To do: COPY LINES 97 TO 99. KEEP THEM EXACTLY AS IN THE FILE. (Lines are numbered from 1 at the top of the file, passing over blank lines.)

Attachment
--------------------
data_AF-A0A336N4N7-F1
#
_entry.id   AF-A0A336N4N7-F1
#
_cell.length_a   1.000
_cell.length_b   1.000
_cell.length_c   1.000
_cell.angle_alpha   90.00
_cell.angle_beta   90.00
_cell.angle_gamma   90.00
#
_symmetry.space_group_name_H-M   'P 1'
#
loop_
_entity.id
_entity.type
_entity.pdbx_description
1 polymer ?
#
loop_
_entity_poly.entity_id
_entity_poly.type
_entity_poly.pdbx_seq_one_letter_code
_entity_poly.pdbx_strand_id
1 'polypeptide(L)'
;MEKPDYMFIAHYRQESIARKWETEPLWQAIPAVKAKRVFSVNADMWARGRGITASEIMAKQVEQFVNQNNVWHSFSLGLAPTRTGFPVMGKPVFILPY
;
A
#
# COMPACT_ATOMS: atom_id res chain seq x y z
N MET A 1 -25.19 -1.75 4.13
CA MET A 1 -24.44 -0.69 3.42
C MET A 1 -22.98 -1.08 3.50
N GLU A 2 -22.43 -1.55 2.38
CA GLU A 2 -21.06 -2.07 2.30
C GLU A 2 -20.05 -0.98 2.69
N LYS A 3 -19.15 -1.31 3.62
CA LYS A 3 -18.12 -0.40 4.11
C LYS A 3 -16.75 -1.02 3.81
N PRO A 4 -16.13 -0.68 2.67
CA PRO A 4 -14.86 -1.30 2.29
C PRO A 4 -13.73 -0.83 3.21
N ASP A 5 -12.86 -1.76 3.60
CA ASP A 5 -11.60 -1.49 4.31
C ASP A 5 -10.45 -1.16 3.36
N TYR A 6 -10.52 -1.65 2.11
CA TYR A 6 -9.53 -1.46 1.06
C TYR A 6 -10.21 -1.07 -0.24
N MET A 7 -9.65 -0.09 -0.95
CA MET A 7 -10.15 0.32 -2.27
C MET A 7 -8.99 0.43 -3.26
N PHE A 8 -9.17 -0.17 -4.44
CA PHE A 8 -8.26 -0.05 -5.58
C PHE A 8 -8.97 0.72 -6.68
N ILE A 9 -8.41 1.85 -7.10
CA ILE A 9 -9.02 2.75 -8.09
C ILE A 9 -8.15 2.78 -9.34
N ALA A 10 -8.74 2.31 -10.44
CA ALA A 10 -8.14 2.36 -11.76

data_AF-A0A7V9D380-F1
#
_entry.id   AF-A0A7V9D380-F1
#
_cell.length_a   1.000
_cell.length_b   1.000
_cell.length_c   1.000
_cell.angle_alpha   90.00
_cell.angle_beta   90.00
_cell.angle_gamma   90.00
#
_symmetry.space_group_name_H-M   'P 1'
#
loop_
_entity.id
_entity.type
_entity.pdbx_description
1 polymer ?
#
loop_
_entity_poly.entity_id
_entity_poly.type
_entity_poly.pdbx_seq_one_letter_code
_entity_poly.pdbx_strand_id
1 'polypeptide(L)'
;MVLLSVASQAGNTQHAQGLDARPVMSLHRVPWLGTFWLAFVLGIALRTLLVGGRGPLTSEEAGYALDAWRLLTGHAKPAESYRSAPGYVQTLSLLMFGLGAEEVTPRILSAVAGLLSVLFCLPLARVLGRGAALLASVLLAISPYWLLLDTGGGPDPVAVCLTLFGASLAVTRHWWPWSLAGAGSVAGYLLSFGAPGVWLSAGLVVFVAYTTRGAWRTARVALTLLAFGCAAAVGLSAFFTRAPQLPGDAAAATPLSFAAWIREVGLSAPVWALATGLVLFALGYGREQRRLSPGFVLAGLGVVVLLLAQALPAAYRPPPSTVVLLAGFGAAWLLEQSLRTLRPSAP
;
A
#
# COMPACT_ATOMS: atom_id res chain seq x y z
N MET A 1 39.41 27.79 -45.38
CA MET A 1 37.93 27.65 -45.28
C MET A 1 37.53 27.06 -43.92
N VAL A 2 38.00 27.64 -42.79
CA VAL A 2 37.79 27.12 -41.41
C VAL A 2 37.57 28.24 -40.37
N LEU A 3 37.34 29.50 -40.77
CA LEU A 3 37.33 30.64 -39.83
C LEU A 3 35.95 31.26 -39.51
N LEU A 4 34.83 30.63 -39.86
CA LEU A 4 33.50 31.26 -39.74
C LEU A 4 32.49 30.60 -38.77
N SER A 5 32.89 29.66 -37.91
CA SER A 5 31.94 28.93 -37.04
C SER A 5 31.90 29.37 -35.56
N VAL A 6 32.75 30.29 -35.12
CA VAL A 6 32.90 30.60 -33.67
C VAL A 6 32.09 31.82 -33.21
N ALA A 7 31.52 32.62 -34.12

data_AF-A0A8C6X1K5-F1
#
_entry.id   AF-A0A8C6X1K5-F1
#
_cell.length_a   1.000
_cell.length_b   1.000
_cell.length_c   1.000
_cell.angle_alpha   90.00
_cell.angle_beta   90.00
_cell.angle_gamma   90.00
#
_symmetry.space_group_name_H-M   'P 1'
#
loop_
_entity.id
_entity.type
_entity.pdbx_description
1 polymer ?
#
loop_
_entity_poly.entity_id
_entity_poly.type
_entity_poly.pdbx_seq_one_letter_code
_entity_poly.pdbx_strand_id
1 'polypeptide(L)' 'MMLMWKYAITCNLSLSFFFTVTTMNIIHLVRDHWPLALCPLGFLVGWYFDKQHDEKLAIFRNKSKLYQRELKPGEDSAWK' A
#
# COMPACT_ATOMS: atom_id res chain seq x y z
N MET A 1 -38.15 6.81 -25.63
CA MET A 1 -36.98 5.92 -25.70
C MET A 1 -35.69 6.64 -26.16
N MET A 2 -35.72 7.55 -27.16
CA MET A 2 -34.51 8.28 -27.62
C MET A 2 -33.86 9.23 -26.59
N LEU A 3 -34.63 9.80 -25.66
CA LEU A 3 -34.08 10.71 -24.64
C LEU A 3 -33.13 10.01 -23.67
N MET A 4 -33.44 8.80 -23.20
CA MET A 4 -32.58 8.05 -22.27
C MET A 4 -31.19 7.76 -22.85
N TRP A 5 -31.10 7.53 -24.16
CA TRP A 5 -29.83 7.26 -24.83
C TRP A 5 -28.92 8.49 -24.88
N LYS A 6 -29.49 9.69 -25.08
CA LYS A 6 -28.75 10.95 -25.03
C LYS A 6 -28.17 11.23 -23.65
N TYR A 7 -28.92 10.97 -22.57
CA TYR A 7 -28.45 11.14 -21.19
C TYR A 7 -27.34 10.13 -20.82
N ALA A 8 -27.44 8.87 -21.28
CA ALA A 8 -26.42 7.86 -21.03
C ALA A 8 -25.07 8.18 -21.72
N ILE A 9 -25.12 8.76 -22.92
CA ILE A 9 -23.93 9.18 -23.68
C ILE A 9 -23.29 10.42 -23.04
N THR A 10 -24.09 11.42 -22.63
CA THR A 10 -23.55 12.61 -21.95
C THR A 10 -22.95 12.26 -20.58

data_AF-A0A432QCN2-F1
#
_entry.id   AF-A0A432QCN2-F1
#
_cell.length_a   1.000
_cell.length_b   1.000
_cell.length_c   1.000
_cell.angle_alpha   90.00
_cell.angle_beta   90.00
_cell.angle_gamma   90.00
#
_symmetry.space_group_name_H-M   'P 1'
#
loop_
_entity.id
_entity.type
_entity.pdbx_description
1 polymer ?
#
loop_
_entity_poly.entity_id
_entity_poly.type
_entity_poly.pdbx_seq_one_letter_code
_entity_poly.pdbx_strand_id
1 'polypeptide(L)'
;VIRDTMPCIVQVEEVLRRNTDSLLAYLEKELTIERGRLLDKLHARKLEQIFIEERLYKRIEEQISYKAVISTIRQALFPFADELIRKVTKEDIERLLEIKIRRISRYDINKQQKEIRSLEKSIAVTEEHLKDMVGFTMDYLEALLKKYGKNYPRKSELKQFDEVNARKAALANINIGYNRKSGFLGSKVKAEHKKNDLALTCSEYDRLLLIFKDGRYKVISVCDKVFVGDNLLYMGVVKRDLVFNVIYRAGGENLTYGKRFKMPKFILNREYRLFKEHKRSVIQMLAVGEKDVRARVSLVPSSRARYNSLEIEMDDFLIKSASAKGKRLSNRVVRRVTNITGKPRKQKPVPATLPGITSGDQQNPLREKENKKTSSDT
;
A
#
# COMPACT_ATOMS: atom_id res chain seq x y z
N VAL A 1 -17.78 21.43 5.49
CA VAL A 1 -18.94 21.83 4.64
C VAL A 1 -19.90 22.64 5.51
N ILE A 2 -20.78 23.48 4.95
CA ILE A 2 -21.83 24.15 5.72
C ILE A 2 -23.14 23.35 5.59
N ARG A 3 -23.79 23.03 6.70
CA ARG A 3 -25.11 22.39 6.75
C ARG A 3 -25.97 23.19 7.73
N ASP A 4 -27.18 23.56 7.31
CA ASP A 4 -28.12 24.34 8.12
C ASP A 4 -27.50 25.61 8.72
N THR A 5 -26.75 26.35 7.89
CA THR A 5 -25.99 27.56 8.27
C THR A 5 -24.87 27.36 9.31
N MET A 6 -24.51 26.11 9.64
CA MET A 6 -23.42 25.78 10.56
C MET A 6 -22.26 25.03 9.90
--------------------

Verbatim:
CA LEU A 3 37.33 30.64 -39.83
C LEU A 3 35.95 31.26 -39.51
N LEU A 4 34.83 30.63 -39.86